Quantum multivariate estimation and span program algorithms
Arjan Cornelissen
Abstract:
Over the past half century, the advent of the computer has increased our ability to perform computations tremendously. Consequently, we can now solve computational problems much more efficiently than ever before, the effects of which have revolutionized many aspects of society, ranging from how government keeps track of tax records, to how we use routing software to navigate to our destination.
However, over the last decade it has become increasingly apparent that the development of conventional computational hardware is reaching its physical limits. In an attempt to overcome this barrier, new research areas have focused on rethinking the very physical principles based on which we perform computations.
Quantum computing has emerged among the most promising of these new areas, and as such has experienced an explosive increase of interest over the past twenty years. Quantum computing loosely speaking encapsulates the idea of performing computations based on the principles of quantum mechanics, and as such describes a computational model that is fundamentally different from its conventional counterpart. The central question we address in this thesis is how powerful this new computational model is, i.e., we take computational problems and assess how efficiently they can be solved on a quantum computer. Oftentimes, we compare the obtained results to those in the conventional setting, to quantify the computational advantage that quantum computers provide us with on a theoretical level.
The thesis is divided in two parts. In Part I, we develop quantum algorithms that solve estimation problems. Specifically, we investigate three problems separately, namely mean estimation, state tomography, and partition function estimation. For the first two we generalize our findings to the multivariate setting, and we augment our results with matching lower bound proofs, providing a precise characterization of the problemsâ€™ quantum computational complexity. Surprisingly, we conclude that for the mean estimation problem quantum computers provide a computational advantage over conventional ones, if and only if the number of quantum samples used exceeds the dimension of the estimated quantity.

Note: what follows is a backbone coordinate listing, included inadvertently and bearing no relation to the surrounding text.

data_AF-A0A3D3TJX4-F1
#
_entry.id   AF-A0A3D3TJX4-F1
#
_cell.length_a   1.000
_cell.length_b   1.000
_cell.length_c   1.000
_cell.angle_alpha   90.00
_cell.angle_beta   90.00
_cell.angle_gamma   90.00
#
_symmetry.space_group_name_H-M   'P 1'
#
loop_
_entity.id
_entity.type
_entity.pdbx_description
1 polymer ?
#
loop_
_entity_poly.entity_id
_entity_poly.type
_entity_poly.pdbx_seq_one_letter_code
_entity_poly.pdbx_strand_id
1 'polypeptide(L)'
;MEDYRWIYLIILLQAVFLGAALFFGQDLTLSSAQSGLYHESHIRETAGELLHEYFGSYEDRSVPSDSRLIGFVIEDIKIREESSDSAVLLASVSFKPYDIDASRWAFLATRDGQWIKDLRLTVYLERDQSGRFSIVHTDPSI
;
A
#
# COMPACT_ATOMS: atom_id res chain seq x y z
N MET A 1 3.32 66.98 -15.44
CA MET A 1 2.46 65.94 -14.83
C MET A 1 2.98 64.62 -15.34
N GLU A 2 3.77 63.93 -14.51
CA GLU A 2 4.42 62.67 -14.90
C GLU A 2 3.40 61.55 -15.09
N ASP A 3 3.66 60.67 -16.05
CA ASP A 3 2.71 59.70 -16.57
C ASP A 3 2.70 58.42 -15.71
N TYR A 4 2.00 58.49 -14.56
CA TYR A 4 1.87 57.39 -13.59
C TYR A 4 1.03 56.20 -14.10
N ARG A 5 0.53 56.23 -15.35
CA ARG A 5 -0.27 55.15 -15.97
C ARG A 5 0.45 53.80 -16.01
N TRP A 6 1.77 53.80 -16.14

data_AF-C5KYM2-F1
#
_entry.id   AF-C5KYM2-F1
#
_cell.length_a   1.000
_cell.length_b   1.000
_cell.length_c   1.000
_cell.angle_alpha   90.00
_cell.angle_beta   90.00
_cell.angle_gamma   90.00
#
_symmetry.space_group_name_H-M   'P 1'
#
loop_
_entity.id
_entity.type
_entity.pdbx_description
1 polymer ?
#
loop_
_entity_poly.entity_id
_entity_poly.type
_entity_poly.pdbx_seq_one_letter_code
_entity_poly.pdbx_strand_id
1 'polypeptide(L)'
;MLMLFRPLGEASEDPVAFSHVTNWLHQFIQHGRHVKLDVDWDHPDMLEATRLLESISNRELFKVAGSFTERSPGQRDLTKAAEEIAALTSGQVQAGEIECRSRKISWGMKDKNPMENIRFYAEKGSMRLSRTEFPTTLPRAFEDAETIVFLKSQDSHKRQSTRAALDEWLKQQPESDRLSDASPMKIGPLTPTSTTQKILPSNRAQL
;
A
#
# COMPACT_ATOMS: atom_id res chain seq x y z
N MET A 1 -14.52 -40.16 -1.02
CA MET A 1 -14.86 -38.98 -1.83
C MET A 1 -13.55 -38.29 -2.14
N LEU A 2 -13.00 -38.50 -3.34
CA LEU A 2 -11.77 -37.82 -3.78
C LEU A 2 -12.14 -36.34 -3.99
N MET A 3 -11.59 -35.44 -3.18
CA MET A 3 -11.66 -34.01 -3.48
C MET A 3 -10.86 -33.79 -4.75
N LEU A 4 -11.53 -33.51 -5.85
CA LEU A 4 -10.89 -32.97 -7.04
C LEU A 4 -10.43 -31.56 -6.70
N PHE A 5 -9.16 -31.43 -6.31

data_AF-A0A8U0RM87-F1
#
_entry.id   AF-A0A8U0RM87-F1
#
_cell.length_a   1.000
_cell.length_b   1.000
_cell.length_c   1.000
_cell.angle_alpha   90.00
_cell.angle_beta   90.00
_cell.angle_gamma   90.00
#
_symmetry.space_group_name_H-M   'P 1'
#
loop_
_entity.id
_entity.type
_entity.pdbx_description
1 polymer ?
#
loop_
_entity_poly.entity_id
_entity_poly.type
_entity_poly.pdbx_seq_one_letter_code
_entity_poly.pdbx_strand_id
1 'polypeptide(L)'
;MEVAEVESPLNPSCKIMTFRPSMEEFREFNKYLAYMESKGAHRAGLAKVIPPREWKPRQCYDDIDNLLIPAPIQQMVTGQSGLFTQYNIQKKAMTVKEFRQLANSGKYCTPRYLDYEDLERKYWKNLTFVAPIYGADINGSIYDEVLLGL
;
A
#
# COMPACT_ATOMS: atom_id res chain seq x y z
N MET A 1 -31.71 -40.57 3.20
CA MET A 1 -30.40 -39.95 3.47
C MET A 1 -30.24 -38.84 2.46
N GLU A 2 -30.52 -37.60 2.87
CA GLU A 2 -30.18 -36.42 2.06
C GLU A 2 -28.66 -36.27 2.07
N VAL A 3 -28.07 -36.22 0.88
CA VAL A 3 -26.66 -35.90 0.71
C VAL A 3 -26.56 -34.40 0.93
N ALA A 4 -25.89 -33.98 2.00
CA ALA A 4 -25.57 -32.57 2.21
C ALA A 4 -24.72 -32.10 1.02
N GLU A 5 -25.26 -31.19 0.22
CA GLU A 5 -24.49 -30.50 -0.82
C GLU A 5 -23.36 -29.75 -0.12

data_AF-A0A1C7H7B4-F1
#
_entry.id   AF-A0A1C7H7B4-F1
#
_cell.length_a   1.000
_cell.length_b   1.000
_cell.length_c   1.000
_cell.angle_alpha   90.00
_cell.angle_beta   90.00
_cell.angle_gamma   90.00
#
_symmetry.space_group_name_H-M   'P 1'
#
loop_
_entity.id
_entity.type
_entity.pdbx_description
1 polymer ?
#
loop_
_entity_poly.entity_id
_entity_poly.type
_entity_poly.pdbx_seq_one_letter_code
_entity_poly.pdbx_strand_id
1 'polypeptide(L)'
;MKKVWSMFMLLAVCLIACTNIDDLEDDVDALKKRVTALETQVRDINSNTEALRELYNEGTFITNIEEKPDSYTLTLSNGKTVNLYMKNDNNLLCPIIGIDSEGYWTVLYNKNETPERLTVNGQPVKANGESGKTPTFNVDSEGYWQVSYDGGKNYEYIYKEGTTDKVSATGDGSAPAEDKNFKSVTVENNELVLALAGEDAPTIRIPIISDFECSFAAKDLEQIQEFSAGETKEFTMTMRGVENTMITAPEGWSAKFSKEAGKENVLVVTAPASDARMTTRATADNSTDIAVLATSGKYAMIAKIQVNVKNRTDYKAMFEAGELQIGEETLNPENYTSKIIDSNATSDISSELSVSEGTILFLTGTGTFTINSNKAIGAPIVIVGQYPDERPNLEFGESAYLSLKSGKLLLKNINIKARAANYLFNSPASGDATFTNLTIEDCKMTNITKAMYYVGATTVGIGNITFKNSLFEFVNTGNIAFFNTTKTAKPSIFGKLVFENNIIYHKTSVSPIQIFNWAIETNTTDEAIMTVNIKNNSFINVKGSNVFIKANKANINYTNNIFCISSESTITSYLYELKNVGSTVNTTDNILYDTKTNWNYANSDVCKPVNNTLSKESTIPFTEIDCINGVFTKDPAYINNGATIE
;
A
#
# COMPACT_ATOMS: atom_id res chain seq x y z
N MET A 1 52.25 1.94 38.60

In Part II, we investigate the span program formalism, which is a framework for designing quantum algorithms. We provide a self-contained overview of the formalism with emphasis on visual and intuitive interpretations of the relevant objects. We elaborate on how the framework relates to the adversary bound, and simplify the exposition over previous works. Moreover, we arrive at three new results. First, we show how this framework can be used to turn classical decision trees into quantum algorithms. Second, we improve the best-known algorithm that evaluates approximate span programs. Finally, we show that quantum algorithms of a particular type correspond to span programs that preserve time-efficiency.